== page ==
5 plants that can help heal your cold or flu
It’s inevitable that you’ll catch a cold or flu from time to time, even if you eat well and wash your hands regularly. While colds don’t usually last more than a week, being sick is a universally miserable experience. The flu comes in a variety of strains and may stick around longer than a cold, meaning you’ll be bundled up for bed rest and fluids for quite a while.
Antibiotics aren’t an effective treatment for either of these illnesses, but over-the-counter medication can make a difference in your symptoms. However, there are also plenty of natural cold remedies for you to try. Although they’ve been proven to work through various studies, you should always talk to your doctor before starting a supplement to be sure it won’t interact with any pre-existing ailments or prescriptions.
As you work your way though cold and flu season, read about these five plants that can relieve some of the symptoms.
1. Citrus fruits
Vitamin C, one of the first vitamins that people go to when they feel sickness coming on, can be found in citrus fruits as well as supplemental pills. Research from the U.S. National Library of Medicine’s National Center for Biotechnological Information showed that high doses of vitamin C at the onset of a cold can decrease its duration.
“Mint’s main active ingredient is menthol, which thins mucus and loosens phlegm to make your cough more productive.”
The ways you can use peppermint to soothe the symptoms associated with winter illnesses are at least three fold. The plant’s main active ingredient is menthol, which thins mucus and loosens phlegm to make your cough more productive. Putting mint extract or an over-the-counter product that includes menthol under your nose and on your chest can give you these benefits. If you’re experiencing a sore throat or an upset stomach, a steaming mug of peppermint tea could make all the difference.
Garlic has long been touted for its ability to boost your immune system. You can reap the most benefits from eating garlic if you start at the beginning of cold and flu season, but it can shorten the life cycle of your cold regardless. The University of Maryland Medical Center cited a study that found people who took garlic supplements between November and February experienced fewer colds. Additionally, the illnesses didn’t last as long for people who were regularly taking garlic. While your breath won’t be pleasant, you can mince or chop a clove of garlic to eat each day.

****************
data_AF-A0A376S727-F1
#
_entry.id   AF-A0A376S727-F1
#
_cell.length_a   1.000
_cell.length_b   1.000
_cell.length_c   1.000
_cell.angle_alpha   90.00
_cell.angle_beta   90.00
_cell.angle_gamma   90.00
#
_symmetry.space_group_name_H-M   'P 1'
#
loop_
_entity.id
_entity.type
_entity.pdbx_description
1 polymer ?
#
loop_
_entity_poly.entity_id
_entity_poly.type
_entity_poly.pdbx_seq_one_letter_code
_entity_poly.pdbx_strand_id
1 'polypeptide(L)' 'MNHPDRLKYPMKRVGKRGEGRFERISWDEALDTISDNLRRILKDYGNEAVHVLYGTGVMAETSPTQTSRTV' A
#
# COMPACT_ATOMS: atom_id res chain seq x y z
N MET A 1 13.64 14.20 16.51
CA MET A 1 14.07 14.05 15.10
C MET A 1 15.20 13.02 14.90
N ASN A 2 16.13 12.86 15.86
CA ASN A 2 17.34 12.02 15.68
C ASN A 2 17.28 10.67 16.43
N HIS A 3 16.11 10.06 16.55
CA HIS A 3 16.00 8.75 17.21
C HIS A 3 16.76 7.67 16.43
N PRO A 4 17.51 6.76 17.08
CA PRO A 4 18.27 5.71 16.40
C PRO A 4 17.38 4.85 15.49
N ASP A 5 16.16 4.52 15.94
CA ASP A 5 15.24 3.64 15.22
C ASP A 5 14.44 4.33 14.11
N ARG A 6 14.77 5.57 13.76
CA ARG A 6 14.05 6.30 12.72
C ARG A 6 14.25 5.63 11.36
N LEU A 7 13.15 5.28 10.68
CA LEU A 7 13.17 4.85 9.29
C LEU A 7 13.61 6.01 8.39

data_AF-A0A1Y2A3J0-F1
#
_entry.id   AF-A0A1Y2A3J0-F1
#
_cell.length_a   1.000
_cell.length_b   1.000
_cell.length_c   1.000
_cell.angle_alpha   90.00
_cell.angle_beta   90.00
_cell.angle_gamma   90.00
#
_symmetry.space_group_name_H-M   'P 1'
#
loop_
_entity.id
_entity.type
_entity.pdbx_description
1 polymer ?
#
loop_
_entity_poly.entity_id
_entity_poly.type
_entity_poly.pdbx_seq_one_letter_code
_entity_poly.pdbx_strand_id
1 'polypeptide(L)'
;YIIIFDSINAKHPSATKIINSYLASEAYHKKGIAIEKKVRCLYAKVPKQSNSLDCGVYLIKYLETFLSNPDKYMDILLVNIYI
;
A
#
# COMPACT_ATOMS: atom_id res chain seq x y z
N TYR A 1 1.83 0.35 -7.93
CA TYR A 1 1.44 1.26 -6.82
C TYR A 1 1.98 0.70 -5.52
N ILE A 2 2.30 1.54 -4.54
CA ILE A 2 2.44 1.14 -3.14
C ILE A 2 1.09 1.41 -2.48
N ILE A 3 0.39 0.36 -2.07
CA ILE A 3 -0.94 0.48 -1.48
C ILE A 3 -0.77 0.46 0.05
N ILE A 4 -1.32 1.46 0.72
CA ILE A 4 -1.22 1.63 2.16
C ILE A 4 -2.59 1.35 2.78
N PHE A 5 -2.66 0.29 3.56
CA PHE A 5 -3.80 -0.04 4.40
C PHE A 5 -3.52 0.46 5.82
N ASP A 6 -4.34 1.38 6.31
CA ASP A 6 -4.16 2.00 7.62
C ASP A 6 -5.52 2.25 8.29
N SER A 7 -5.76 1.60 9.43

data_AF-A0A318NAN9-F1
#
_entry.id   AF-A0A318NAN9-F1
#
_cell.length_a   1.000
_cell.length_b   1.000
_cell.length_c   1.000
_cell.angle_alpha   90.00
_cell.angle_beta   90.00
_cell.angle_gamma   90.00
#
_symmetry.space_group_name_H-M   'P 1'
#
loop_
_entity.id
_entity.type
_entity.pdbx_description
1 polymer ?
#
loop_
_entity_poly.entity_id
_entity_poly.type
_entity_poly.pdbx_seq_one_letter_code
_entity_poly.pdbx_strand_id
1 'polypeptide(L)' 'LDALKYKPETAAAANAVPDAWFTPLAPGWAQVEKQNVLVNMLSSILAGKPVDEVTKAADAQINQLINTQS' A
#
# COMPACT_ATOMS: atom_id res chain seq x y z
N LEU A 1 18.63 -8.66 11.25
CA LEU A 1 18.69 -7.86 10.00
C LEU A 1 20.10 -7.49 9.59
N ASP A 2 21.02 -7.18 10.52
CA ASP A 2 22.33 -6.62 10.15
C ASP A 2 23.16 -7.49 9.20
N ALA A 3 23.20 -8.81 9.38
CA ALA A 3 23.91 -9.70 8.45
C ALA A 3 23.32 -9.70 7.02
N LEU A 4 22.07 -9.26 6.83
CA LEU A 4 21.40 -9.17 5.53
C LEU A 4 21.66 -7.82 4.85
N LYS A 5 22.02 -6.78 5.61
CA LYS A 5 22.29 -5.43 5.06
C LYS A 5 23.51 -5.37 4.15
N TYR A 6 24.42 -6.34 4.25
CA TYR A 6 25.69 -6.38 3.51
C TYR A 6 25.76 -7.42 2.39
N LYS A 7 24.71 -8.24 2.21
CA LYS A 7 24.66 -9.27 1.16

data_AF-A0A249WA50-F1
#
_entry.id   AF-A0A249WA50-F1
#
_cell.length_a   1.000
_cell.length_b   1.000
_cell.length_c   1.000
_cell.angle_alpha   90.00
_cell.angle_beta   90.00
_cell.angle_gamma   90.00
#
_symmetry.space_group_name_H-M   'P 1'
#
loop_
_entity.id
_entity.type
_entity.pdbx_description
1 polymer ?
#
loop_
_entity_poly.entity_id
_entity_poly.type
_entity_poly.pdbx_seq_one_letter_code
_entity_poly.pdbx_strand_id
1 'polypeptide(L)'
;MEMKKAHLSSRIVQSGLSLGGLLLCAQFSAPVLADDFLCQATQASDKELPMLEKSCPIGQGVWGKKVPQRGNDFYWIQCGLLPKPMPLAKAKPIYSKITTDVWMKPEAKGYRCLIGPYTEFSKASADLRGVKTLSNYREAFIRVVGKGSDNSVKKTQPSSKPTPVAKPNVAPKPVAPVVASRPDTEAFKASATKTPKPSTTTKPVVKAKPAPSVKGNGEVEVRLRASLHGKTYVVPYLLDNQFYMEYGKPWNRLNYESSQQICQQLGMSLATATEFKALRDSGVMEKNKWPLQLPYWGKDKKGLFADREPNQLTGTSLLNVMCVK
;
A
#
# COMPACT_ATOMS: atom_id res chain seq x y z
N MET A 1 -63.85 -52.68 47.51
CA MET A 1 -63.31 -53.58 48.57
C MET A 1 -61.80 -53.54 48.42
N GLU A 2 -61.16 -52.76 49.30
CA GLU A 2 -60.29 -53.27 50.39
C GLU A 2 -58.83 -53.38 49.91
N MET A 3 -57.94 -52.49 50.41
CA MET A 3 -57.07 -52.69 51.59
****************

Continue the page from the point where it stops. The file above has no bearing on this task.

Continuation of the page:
This plant has been used for several medical purposes over the years, but it’s been proven to decrease the duration of cold and flu symptoms. People often ingest elderberry in the form of Sambucol, an over-the-counter syrup. According to UMM, a study showed that taking Sambucol can shorten the length of the flu by three days. Elderberry also comes in tablets and tea, but it’s important that you don’t eat uncooked or unripe berries if you’re making your own supplements, as they can be poisonous. Be sure to consult your doctor before starting an elderberry regimen, particularly if you have rheumatoid arthritis.
Ginger root and extract can benefit your body in a litany of ways, from quelling nausea to relieving congestion. It’s been used in Chinese medicine for centuries, whether in the form of hot tea or ground up in meals. The UMM noted that people who have diabetes, heart conditions or take blood thinners shouldn’t add ginger to their diets without talking to their doctor first.
Planting a medicinal herb garden
These herbs will not only create a beautiful garden but also will be useful to you and your family when colds, coughs, and flu strike. Consult the Compendium of Tea Herbs for specific herb and brewing information.
This pretty garden looks complicated, but it’s really quite simple to plant and maintain. The long rows of herbs will fill out beautifully in two or three years to create a deep border; this will provide enough density to keep weeds at a minimum. To incorporate a diversity of heights, plant linden, elder, and other tall plants in the back, then taper artistically to the low plants in front.
Cough, Cold, and Flu Care Garden Plants
• Angelica: 3
• Chamomile: 6
• Coltsfoot: 3
• Echinacea: 4
• Elder: 1
• Elecampane: 2
• Hibiscus: 4
• Hyssop: 4
• Lemon balm: 2
• Linden: 1
• Marshmallow: 2
• Meadowsweet: 1
• Mullein: 3
• Violet: 3–6
• Yarrow: 2
Number indicates quantity of plants needed.